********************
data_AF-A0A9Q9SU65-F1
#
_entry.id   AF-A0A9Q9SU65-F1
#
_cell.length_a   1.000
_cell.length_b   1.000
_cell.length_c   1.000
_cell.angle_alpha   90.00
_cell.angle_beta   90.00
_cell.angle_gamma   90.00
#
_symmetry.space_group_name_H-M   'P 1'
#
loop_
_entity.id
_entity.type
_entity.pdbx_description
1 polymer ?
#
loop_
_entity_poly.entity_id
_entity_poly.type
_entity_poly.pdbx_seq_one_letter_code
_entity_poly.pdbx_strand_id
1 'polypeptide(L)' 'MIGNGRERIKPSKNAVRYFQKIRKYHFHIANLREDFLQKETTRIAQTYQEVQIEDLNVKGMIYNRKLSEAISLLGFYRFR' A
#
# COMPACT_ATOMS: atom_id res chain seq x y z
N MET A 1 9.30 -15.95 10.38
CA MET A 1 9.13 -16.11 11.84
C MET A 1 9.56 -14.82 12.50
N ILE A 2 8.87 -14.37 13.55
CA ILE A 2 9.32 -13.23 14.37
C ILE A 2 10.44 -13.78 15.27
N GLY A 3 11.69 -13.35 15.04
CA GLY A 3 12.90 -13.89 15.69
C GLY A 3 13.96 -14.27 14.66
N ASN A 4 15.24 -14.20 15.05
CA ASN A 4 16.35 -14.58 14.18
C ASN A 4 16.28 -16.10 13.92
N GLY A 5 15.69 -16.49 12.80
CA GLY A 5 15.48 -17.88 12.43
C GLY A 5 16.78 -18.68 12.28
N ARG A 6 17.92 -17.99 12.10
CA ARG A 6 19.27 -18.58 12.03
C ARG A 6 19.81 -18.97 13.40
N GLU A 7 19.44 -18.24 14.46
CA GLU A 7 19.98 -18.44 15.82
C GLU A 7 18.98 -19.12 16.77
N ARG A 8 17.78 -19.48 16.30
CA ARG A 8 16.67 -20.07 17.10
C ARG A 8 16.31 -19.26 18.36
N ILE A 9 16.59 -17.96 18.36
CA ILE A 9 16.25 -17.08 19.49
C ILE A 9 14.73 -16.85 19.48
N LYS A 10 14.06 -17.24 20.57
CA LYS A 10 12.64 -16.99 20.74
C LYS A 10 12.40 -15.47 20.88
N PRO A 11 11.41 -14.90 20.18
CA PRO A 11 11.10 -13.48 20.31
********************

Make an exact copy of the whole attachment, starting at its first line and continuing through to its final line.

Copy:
data_AF-A0A9Q9SU65-F1
#
_entry.id   AF-A0A9Q9SU65-F1
#
_cell.length_a   1.000
_cell.length_b   1.000
_cell.length_c   1.000
_cell.angle_alpha   90.00
_cell.angle_beta   90.00
_cell.angle_gamma   90.00
#
_symmetry.space_group_name_H-M   'P 1'
#
loop_
_entity.id
_entity.type
_entity.pdbx_description
1 polymer ?
#
loop_
_entity_poly.entity_id
_entity_poly.type
_entity_poly.pdbx_seq_one_letter_code
_entity_poly.pdbx_strand_id
1 'polypeptide(L)' 'MIGNGRERIKPSKNAVRYFQKIRKYHFHIANLREDFLQKETTRIAQTYQEVQIEDLNVKGMIYNRKLSEAISLLGFYRFR' A
#
# COMPACT_ATOMS: atom_id res chain seq x y z
N MET A 1 9.30 -15.95 10.38
CA MET A 1 9.13 -16.11 11.84
C MET A 1 9.56 -14.82 12.50
N ILE A 2 8.87 -14.37 13.55
CA ILE A 2 9.32 -13.23 14.37
C ILE A 2 10.44 -13.78 15.27
N GLY A 3 11.69 -13.35 15.04
CA GLY A 3 12.90 -13.89 15.69
C GLY A 3 13.96 -14.27 14.66
N ASN A 4 15.24 -14.20 15.05
CA ASN A 4 16.35 -14.58 14.18
C ASN A 4 16.28 -16.10 13.92
N GLY A 5 15.69 -16.49 12.80
CA GLY A 5 15.48 -17.88 12.43
C GLY A 5 16.78 -18.68 12.28
N ARG A 6 17.92 -17.99 12.10
CA ARG A 6 19.27 -18.58 12.03
C ARG A 6 19.81 -18.97 13.40
N GLU A 7 19.44 -18.24 14.46
CA GLU A 7 19.98 -18.44 15.82
C GLU A 7 18.98 -19.12 16.77
N ARG A 8 17.78 -19.48 16.30
CA ARG A 8 16.67 -20.07 17.10
C ARG A 8 16.31 -19.26 18.36
N ILE A 9 16.59 -17.96 18.36
CA ILE A 9 16.25 -17.08 19.49
C ILE A 9 14.73 -16.85 19.48
N LYS A 10 14.06 -17.24 20.57
CA LYS A 10 12.64 -16.99 20.74
C LYS A 10 12.40 -15.47 20.88
N PRO A 11 11.41 -14.90 20.18
CA PRO A 11 11.10 -13.48 20.31